Bechdel, Alison. Are You My Mother?: A Comic Drama. Boston: Mariner, 2013.

Nagata, Kabi. My Lesbian Experience with Loneliness. Translated by Jocelyne Allen.Los Angeles: Seven Seas Entertainment, 2017.

Patil, Amruta. Kari. New Delhi: Harper Collins Publishers India, 2008.

Waters, Sarah. Fingersmith. London: Virago Press, 2002.


Narratives about Mental Illness, Family and Unreturned Affection

Reviewing commonly occuring themes in three novels and memoirs that explore queerness and mental illness in women: My Lesbian Experience with Loneliness by Kabi Nagata, Are You My Mother? by Alison Bechdel, and Fingersmith by Sarah Waters.


Kabi Nagata’s My Lesbian Experience with Loneliness begins in a racy love hotel. It takes less than two pages to realise that this manga only looks racy. Instead, we follow Nagata as she narrates the journey of coming to terms with her mental illnesses and her attempts to recover from them. Nagata’s autobiographical manga is illustrated in a beautiful two-tone palette that manages to make the main character (Nagata) charming. The story, however, is not about her charm.

The manga is an account of Nagata’s decision to move on from her yearning to please her family (more on this below) by doing something for herself and trying to awaken her sex drive. Nagata is very frank. She doesn’t hesitate to graphically depict the violence that comes with suffering from a mental illness. She doesn’t hesitate to draw naked bodies that are scarred. She doesn’t hesitate to bring attention to these scars. But what’s interesting is how she doesn’t hesitate to speak of her family either. One would assume that writing or drawing, in a memoir, about family who is likely to read what you’ve written would make you not write about them. But Nagata’s family’s presence is essential to her story. And not because they’re immensely supportive.

Nagata identifies her drive to be a good daughter as one of the reasons for her not putting herself first. She strives to be everything that her parents want her to be. She wants to get a job and pay bills and prove she’s a worthy daughter. For the longest time, she lets herself believe that being this ideal daughter is what she wants, slowly coming to terms with the fact that this ideal is at the root of her mental illness.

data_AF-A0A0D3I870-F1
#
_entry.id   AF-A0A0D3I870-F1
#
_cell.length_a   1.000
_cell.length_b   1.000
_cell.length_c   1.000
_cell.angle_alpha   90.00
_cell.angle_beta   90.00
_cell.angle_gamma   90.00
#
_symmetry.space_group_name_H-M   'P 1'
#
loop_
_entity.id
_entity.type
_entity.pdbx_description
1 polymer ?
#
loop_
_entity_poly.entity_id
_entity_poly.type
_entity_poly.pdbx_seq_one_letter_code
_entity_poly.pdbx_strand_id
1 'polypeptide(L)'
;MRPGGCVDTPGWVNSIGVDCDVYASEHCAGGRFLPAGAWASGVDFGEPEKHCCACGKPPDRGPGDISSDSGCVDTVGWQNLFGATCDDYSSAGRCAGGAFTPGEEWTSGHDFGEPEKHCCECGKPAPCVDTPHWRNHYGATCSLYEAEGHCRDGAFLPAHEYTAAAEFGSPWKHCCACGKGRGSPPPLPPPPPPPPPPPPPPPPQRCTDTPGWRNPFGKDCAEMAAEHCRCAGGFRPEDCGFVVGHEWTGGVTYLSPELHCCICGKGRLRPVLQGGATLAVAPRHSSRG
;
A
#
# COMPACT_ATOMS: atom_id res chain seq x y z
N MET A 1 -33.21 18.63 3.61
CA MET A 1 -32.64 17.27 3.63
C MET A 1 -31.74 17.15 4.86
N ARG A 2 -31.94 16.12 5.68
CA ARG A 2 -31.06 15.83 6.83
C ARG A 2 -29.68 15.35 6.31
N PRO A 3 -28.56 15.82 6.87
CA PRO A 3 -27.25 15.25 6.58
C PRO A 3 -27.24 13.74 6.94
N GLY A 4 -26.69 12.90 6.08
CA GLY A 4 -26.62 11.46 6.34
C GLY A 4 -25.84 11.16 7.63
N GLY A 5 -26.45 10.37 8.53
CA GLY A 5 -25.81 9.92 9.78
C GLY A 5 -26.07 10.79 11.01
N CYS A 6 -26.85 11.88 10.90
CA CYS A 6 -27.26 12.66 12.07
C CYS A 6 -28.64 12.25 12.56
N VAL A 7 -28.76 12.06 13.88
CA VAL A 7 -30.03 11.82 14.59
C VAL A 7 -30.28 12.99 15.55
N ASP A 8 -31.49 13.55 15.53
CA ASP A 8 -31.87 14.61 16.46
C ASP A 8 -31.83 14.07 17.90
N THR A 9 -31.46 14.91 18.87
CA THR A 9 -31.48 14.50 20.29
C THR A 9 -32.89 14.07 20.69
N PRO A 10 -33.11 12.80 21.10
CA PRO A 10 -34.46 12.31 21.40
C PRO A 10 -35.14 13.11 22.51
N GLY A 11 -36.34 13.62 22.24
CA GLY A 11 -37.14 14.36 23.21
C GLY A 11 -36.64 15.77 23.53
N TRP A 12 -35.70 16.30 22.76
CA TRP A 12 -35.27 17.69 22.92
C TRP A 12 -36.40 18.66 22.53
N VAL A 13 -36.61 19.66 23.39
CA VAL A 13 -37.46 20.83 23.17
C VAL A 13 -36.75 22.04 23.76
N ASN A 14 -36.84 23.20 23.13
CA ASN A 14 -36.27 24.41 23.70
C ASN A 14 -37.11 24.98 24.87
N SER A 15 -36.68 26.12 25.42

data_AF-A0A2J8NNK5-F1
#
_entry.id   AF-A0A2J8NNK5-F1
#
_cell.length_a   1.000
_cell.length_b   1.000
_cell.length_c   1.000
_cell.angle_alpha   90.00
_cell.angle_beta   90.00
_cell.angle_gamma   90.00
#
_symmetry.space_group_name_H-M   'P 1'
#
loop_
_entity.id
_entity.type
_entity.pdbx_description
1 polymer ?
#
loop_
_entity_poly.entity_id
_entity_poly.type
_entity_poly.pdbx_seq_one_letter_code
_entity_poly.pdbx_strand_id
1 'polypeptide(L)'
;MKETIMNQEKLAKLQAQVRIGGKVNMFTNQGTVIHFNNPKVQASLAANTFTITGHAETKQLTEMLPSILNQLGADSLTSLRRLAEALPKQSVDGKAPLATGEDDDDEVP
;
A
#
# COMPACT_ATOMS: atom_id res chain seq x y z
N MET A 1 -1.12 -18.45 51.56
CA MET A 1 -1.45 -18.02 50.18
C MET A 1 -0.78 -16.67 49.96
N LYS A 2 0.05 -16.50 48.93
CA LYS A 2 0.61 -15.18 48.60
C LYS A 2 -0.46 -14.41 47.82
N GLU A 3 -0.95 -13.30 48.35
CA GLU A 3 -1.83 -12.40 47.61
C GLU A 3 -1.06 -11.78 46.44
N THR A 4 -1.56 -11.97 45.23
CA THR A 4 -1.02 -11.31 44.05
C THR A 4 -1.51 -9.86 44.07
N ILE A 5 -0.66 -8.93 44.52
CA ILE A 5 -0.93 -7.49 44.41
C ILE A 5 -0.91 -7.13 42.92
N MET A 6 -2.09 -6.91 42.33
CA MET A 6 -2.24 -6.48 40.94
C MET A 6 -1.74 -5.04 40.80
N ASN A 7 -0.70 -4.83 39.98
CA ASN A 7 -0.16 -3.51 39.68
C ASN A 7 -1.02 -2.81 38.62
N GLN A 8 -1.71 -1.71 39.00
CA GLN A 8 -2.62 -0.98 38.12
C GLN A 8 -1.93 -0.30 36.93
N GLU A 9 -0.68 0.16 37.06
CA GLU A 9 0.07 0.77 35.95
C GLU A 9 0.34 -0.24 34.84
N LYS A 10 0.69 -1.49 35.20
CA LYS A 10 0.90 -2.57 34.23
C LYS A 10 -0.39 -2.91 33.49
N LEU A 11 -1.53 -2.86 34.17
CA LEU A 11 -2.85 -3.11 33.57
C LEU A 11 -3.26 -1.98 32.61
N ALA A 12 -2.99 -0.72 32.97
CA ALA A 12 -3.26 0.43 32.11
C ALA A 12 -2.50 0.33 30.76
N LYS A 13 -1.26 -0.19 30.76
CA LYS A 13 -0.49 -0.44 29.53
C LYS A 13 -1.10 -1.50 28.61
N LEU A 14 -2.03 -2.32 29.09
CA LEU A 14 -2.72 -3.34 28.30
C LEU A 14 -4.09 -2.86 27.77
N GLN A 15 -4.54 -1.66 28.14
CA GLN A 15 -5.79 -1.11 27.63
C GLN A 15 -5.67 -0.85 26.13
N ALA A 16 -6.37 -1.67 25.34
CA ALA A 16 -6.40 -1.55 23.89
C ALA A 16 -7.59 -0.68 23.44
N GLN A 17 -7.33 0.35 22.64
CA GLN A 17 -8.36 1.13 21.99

Another reason she identifies for her illness is her need for physical affection. Specifically, from her mother, or someone who feels like a mother, or someone who would make her feel like she’s being mothered. It’s the lack of fulfilment of this need from her own mother, who perhaps doesn’t understand or think of physical affection in the same way, that leads Nagata to search for and consequently discover that she’s not alone in this longing.

In this context, Alison Bechdel’s Are You My Mother? immediately comes to mind: it’s another autobiographical, illustrated, queer story that explores the extended effect of not receiving attention and affection from the mother. Both Bechdel’s full-length graphic books, also memoirs, deal with the relationships she shared with her parents (the first being Fun Home,  about her father). The similarity of themes explored in Bechdel’s work and in my Lesbian Experience with Loneliness goes to show that, indeed, Nagata is not alone.

Oftentimes, Nagata’s craving for affection manifests itself in ways that are exasperating for the reader to witness. She clings to her mother’s calves, sits herself in the space her mother leaves in the back of a chair, has a fascination with her mother’s breasts, and even on occasion chases after her — all while her mother remains resolutely indifferent.

This need for physical affection and touch is also brought to attention in Sarah Waters’ Fingersmith. Sue Trinder’s first few days away from her (adoptive) mother, Mrs. Sucksby, all discuss how she’d like to be in her arms, falling asleep in bed, smelling her, or some such. And while Fingersmith is fiction, this attachment to the closest mother figure is again a reminder of Nagata not being alone in wanting to be physically close to her mother. Sue’s relationship with her mother, however, is very different from Nagata’s. While Nagata’s mother doesn’t appear to be fond of her daughter’s clinginess, Mrs. Sucksby actively seeks physical affection with Sue, going so far as to continue to share a bed with her grown-up daughter. In this novel, Sue’s character does not follow the same trajectory as Nagata’s or even Bechdel’s, but has an altogether different relationship with mental illness.